Human Rights Violations in Argentina during the 70s Military Coup
14.03.2013 - 14.03.2013 62 °F
"La Guerra Sucia" (or the Dirty War) is not the right term for what happened in Argentina during the 70s and 80s. A War implies a fight between two opposing sides, what occurred was a massacre - State Sponsored Terrorism. The wounds still run deep: 30,000 people died or were 'disappeared', babies were separated from their families and put up for adoption, and even more died during the War of the Falkland Islands (encouraged by the military government in an attempt to unite the people).
Justice has never really been served. The three military dictators in charge of the Junta remain alive, and for a period of time were simply under house-arrest. Torturers and murderers remain untried and have slipped out of the public eye. And many veterans of the Falklands have still not been fully recognized for their sacrifice.
Yet the mothers still march in Plaza de Mayo. More and more lost children are being found through DNA testing and a nation-wide search. Military trials are still being held (open to the public) every Wednesday and Friday at the public courthouse. And in the last three weeks we've witnessed two demonstrations: A March to Remember the Overthrow of the Military Coup (1976-1983) and a Ceremony to Commemorate the 31st Anniversary of the Falklands War.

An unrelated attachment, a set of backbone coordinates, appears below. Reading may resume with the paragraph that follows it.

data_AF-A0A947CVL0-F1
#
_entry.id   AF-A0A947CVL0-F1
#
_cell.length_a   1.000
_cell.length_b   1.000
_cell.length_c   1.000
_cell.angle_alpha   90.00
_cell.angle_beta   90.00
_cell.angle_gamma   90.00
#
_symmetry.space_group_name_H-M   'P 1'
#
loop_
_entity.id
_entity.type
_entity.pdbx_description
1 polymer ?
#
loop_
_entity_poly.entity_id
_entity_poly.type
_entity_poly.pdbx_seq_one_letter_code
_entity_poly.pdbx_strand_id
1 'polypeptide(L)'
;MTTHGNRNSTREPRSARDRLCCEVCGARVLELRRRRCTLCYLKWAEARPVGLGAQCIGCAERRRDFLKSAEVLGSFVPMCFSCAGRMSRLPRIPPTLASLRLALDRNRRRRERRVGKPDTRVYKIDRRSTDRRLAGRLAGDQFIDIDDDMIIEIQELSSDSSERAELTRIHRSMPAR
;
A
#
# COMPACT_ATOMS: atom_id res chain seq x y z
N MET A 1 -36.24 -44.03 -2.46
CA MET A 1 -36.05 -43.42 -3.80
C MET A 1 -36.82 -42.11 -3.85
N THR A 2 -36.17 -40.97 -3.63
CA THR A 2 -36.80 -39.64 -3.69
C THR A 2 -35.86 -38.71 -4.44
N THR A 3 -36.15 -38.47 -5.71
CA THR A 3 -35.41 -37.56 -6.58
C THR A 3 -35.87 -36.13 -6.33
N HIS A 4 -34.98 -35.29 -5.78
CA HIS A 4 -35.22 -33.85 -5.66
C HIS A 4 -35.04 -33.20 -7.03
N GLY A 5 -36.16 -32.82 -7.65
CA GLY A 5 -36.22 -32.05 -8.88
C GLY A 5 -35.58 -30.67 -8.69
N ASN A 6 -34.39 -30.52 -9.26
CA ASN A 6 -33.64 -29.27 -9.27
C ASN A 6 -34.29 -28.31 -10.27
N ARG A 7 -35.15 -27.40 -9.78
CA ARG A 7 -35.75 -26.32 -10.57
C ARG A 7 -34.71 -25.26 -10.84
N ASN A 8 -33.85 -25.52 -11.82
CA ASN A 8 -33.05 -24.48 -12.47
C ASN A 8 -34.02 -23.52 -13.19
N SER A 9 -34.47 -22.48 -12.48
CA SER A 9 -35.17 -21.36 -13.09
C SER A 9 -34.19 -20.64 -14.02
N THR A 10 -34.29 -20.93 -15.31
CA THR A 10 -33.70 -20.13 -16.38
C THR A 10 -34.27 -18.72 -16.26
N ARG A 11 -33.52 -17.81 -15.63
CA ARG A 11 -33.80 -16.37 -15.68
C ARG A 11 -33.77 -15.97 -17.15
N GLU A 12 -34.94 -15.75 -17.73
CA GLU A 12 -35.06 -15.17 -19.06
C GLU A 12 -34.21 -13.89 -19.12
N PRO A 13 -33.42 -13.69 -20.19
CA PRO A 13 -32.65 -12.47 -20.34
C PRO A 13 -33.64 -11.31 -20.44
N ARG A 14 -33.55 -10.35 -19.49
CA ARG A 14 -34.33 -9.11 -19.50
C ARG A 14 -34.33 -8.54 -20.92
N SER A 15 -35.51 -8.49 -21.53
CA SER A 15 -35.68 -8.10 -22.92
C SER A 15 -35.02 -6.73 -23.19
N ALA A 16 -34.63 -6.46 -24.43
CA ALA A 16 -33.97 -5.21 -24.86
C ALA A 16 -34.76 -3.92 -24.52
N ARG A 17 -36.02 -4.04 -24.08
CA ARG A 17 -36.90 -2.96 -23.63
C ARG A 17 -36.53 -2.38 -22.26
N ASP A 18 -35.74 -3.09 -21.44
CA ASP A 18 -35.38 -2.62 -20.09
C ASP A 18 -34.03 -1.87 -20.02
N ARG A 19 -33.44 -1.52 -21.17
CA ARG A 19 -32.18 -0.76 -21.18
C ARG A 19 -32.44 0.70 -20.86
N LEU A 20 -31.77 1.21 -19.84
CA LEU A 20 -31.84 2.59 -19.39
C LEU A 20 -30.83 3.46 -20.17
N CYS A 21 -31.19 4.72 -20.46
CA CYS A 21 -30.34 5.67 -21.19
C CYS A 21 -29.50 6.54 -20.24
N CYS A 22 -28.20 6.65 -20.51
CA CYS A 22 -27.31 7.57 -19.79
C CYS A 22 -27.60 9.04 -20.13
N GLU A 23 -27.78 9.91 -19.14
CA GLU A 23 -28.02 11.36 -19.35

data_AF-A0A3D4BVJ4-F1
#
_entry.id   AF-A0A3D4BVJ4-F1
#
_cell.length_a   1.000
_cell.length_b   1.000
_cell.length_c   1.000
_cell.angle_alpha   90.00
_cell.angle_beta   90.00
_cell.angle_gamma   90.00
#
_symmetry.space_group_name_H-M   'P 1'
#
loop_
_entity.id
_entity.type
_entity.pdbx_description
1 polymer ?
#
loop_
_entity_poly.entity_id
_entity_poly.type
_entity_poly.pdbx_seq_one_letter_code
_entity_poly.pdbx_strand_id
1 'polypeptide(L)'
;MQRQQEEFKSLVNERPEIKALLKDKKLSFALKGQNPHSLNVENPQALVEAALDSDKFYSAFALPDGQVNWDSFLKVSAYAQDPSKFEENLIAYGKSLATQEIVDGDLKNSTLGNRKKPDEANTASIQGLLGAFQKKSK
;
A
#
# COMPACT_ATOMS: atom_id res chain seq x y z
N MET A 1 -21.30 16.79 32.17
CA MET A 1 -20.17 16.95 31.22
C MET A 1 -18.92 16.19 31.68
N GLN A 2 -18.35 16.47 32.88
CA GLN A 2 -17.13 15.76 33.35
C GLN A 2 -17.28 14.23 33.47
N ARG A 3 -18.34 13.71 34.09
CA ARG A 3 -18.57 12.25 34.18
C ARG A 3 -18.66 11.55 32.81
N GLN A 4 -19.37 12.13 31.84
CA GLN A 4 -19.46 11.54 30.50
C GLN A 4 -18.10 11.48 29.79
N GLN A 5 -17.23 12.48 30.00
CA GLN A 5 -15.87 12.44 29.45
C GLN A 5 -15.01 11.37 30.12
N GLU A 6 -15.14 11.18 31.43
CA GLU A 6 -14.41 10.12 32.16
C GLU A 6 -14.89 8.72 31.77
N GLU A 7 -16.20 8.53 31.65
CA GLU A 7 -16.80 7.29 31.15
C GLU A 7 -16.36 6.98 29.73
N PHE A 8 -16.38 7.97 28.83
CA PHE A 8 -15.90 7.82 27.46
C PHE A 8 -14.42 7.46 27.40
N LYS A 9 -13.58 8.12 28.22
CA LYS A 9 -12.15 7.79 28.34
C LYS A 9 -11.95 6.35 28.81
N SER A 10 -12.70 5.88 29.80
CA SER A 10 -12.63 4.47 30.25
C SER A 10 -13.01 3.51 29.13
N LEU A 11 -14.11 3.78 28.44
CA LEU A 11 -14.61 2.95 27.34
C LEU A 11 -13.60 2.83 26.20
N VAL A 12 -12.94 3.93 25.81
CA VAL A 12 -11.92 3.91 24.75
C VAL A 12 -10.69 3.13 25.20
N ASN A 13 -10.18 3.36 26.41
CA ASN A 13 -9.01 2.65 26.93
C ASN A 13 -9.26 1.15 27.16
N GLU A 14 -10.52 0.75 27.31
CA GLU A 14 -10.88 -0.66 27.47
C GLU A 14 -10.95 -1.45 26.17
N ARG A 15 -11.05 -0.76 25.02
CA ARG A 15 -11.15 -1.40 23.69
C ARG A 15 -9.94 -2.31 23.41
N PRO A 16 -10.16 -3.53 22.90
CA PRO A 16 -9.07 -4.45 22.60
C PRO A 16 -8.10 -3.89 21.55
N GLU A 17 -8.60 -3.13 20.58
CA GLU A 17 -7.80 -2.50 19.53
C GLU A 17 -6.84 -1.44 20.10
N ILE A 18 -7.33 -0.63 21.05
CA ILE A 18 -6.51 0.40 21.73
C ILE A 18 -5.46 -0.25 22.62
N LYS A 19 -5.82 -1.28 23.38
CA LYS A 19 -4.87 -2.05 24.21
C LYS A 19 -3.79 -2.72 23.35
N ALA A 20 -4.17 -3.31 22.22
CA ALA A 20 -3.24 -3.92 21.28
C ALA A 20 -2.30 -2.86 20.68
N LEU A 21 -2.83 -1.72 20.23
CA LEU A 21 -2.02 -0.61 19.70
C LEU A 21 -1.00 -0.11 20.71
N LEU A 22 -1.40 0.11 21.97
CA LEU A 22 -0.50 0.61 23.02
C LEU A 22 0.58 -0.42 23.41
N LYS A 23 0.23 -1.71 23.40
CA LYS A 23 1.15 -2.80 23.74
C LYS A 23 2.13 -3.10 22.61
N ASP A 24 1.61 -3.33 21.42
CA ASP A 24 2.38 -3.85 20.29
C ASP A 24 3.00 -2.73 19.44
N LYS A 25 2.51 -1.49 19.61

On Thursday, March 14th we visited the ESMA (Escuela Superior de Mecánica de la Armada), a hidden detention center in a Military School that facilitated the 'transfer' and murder of 5,000 'military threats' with only 150 survivors. Prisoners were bound and gagged with hoods. Some were killed by firing squad and cremated in the sports field, others were sedated and flown over the Atlantic dropping and drowning them in Rio de la Plata. Walking through the damp empty corridors of ESMA was like visiting Auschwitz. It was a hallowing experience. Even after the military burned evidence and changed the layout of the building, the marks are still there. I feel that every place has an aura, and ESMA's was disturbing and unsettling even in broad daylight. Since 2004, it has been redeclared as a Space for Memory and for the Promotion and Defense of Human Rights.
This issue hits painfully close to home. In the few conversations we've had with Luciano and Maria, we've learned how they were affected by the Golpe de Estado. I remember in one of our first conversations, Maria brought out a photo of an old woman holding a battered sign and wearing her kerchief. I asked who it was, she quietly responded "Luciano's Mother." Apparently, Luciano's brother and his wife were progressive in their attitudes and were 'disappeared' by the government leaving their children orphans. Luciano recalls planning on fighting back, but his mother restrained him. As she wisely told him, if he protested he too would disappear, if she joined the mothers of the Plaza de Mayo the government would not harm her - after all, she was only an elderly woman. Memories like that cut deep in this country. Everyone knows someone who was exiled or disappeared by the government. In Luciano's case, it was his brother. This news was even more shocking when we heard in another conversation that Videla (the Angel of Death - President during the time of the Junta) was put under house-arrest a few blocks away from us near the local grocery store.
It's so disturbing that the United States federal government supported this Military Junta during the Cold War despite obvious Human Rights Violations.